Exchange conflict for compromise and communication
by Sarah Cody View here
BURLINGTON, Conn. (WTNH) – Divorce is difficult. Oftentimes, mom and dad need to put aside contentious feelings to make sure their child still feels stable and secure. News 8’s Connecticut Families is taking a two part look at how to co-parent in a positive way.
“There were other times when she wasn’t too happy with me but was still a good co-parent,” says Justin Michaels, of Burlington.
He, and his ex-wife Chantel, divorced when their son, Remi, was a baby.
“It can be really stressful when you’re young, both in college,” says Justin. “We owned a home, had a newborn.”
Chantel adds: “It’s hard. You have this little human being that loves both of you very much and it was hard enough to be split and share my time.”
At first, co-parenting was difficult as Justin and Chantel figured out their new relationship. They worked hard – agreeing on one thing: the didn’t want Remi to feel like he was in the middle.
“I come from a split family, so, I knew exactly what I didn’t want to do,” says Justin.
“Particularly when there’s a romantic relationship that’s broken up, that child becomes a symbol of the loss, a symbol of a lot of things,” says Ruth Freeman, a licensed clinical social worker and founder of Peace at Home Parenting Solutions, a team of educators and child development specialists that offer online classes.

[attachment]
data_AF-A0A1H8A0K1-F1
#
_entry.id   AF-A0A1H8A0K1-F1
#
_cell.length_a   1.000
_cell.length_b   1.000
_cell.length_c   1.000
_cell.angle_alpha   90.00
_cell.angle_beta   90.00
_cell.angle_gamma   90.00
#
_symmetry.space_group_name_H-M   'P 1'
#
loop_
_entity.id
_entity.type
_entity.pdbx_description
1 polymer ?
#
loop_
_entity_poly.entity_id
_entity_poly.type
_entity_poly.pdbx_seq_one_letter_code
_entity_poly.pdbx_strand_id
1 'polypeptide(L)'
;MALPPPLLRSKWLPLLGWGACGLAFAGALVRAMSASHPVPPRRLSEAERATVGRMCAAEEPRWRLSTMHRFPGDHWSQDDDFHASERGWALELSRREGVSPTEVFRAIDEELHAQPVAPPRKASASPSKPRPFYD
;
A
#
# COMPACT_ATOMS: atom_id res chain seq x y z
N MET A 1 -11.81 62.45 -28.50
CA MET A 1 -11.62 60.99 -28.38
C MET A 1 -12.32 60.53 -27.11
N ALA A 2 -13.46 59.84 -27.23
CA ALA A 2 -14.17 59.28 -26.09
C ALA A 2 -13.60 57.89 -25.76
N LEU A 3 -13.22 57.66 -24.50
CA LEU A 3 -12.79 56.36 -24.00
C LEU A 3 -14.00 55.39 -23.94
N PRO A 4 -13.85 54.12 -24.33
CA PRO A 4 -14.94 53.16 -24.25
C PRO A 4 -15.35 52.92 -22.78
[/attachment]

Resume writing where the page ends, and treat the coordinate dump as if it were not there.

She says don’t make a child take sides.
After Justin Michaels had gotten into a good co-parenting groove with his ex-wife, Chantel, he introduced her to his new girlfriend, Laurah.
“She was in nursing school at that point, and I’m a nurse, so we were talking about that,” remembers Laura. “Chantel is one of the nicest humans ever, so, we got along from the start.”
Justin and Laurah got married, as did Chantel and Tyler. Suddenly, little Remi had a step-mom and a steo-dad added to the mix.
“The idea of the mother and the father and the nuclear family, that’s not the way kids are growing up now,” says Ruth Freeman, founder of Peace At Home Parenting Solutions.
She says “planning” can make co-parenting a whole lot easier.
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